GrazingBy Tim Radford
Climate News Network

America’s cattle herds will shrink – not in number, but in weight and yield – as the climate warms, according to new research that delivers an ominous warning for farmers.

An extensive study of bison − those great wild cattle that evolved to graze the prairies of North America − has confirmed that animals from warmer, drier grasslands weigh considerably less on average than those from cool, wet ranges.

Joseph Craine, a researcher from Kansas State University’s Division of Biology, reports in the Public Library of Science journal PloS One that he analyzed weight, age and sex data from 290,000 animals in 22 herds throughout the U.S.

He found that the average seven-year-old male bison in South Dakota weighed 856 kilograms (around 1,900 pounds), while counterparts in Oklahoma clocked in at 596 kilograms (1,300 pounds).

Ominous change

The difference in mean annual temperature between the two ranges was 11 degrees Celsius (19.8 degrees Fahrenheit), and the two sets of values told an ominous story of change in a warming world − not just for wild bison, but also for domestic cattle.

The world is almost certain to warm by more than 2 degrees C (3.6 degrees F) on average in this century, and the rise could be as great at 4 degrees C.

“We know that temperatures are going to go up,” Craine says. “We also know that warmer grasslands have grasses with less protein, and we now know that warmer grasslands have smaller grazers. It all lines up to suggest that climate change will cause grasses to have less protein, and cause grazers to gain less weight in future.”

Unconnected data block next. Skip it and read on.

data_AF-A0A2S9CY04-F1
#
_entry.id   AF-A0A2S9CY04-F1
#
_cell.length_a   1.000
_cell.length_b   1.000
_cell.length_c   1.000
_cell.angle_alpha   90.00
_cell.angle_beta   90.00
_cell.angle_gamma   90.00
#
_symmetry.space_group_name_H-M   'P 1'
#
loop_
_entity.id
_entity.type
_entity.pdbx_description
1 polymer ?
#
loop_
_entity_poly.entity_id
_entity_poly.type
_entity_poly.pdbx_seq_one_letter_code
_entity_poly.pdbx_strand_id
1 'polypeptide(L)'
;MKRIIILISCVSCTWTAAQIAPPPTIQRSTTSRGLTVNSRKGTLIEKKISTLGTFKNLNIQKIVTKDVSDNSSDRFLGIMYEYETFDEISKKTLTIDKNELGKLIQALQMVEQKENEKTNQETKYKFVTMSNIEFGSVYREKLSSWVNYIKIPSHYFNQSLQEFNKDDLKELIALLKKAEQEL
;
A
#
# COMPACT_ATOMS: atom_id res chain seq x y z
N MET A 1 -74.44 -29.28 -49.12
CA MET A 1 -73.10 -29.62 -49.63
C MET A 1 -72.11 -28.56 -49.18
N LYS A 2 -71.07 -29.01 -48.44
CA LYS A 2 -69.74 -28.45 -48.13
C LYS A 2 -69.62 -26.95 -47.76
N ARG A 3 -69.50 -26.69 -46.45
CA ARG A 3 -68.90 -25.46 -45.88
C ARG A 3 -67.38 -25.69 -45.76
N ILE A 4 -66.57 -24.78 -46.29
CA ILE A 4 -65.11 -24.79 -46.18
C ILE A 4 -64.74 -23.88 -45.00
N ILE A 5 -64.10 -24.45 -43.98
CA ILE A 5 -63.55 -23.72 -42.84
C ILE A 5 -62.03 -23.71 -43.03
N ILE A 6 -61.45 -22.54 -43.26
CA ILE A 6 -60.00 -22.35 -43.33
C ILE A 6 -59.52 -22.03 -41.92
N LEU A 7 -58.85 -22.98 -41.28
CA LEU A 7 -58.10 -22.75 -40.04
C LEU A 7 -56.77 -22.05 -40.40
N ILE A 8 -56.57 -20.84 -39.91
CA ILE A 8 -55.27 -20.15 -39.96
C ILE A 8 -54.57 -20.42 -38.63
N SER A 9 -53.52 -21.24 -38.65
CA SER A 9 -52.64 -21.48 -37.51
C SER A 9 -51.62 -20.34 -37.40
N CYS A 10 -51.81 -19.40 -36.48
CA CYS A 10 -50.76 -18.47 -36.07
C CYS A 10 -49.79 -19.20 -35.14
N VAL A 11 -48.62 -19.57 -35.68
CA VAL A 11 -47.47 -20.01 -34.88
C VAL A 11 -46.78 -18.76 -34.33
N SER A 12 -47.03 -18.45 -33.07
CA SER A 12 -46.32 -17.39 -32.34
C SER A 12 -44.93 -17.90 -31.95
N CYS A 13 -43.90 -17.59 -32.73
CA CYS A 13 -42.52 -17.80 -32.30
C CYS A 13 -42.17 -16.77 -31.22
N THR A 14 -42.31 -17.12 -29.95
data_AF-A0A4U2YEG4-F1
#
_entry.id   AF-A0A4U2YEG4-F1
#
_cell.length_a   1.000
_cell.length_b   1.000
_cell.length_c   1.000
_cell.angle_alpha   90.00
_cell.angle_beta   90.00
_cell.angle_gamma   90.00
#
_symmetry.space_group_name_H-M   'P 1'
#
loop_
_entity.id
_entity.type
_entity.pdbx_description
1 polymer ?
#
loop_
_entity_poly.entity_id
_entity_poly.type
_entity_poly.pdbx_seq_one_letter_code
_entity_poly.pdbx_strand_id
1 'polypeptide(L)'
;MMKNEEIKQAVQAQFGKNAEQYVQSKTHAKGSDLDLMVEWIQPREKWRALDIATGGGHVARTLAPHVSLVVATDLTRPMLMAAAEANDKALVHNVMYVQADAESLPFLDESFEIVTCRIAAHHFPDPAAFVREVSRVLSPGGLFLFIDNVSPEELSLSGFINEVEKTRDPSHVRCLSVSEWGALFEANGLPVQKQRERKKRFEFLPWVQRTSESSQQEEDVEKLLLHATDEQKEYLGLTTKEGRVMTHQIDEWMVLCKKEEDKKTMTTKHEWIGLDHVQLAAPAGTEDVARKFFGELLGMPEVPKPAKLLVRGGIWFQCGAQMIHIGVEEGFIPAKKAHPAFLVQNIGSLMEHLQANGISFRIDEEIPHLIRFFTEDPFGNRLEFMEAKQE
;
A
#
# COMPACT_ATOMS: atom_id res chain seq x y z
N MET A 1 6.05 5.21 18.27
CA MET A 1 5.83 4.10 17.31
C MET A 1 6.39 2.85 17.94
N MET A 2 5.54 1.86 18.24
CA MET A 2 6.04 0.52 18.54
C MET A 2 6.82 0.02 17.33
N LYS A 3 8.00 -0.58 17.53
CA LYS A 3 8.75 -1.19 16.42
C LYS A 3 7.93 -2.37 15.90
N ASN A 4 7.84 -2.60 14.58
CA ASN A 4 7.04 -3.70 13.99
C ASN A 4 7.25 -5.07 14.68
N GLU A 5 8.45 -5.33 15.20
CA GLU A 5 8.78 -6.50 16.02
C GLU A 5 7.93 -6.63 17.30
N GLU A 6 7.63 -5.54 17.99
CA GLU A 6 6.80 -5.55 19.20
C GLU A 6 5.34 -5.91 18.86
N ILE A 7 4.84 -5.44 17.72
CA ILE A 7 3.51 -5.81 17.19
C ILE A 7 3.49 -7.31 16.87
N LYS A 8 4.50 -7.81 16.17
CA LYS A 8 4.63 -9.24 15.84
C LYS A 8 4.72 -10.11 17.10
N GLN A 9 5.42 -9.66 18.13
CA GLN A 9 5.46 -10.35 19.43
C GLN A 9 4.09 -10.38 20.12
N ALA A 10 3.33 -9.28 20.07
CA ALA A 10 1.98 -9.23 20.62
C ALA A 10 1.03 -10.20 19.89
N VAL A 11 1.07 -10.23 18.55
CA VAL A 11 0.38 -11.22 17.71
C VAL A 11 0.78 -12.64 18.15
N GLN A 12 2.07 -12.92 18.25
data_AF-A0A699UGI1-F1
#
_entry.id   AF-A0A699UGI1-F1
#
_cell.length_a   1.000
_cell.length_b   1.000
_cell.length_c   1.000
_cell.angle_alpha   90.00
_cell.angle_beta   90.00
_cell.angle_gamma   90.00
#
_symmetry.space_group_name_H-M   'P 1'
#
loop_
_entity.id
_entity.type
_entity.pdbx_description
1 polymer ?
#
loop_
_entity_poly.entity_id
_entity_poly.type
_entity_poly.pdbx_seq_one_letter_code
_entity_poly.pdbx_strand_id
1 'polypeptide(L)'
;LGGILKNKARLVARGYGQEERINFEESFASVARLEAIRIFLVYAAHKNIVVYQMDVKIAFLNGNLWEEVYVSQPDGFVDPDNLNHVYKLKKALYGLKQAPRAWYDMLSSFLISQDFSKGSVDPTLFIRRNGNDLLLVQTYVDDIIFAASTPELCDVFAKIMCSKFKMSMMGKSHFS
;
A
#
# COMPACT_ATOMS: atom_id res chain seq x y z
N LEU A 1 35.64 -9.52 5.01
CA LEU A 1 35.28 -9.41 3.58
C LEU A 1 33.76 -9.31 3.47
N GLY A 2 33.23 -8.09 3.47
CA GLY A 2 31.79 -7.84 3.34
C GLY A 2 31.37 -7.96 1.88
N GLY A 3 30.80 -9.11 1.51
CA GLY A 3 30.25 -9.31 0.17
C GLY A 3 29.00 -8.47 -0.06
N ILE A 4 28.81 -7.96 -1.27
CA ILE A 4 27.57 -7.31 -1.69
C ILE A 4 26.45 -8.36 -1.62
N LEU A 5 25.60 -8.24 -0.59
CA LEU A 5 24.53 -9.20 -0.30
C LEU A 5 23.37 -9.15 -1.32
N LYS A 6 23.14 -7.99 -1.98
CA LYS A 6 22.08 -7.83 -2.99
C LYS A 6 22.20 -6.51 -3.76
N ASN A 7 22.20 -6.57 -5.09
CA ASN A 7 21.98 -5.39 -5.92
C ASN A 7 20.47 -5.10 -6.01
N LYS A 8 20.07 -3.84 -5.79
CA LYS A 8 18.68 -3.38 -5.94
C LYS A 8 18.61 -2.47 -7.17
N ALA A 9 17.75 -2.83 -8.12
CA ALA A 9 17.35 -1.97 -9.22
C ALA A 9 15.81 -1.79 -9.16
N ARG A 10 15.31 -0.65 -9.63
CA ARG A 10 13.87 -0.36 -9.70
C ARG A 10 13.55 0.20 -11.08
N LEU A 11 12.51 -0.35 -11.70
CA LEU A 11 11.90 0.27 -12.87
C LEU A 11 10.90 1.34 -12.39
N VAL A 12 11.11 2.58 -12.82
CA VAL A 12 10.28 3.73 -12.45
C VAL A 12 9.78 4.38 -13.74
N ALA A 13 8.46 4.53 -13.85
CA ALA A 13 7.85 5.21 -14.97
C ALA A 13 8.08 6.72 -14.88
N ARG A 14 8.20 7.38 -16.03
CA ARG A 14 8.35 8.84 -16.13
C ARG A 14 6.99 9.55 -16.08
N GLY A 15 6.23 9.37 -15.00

As temperatures rise, precipitation is likely to fall, with consequences for plant growth. If the same reduction in weight gain applies to beef cattle as to bison, the finding is “a pretty clear indication” of bad news for food security and for the graziers.

There are around 500,000 bison in the U.S. – the species was all but extinguished during the 19th century – and more than 90 million cattle. Craine calculates that each 1 degree C (1.8 degrees F) rise in average temperatures could cost farmers $1 billion in profits, either through direct reduction in weight gains or in the costs of additional supplementary feeds.

Dwindling size

The research is in line with other findings this year. Climate News Network reported in January that evidence from 55 million years ago − when the world warmed by 6 degrees C (11.4 degrees F) – was unearthed during drilling in the National Science Foundation’s Bighorn Basin Coring Project in Wyoming. It indicated that animal size tended to dwindle with rising temperatures, almost certainly in response to changes in nutritional value.

The implication that mammals could dwarf and humans shrink towards hobbit-like stature under a changing climate was tragically confirmed by a study of body heights among children in northeast Brazil, as Climate News Network reported in February this year.

In response to near-starvation conditions, children who were brought up on a diet of rats, snakes and cacti reached an average adult size of only 1.35 meters (4 feet 6 inches).


The U.K.-based Climate News Network is run by four volunteers, all veteran journalists who have covered climate change for many years for leading British newspapers and broadcasters and are now freelancing.

Image credit: Wikimedia Commons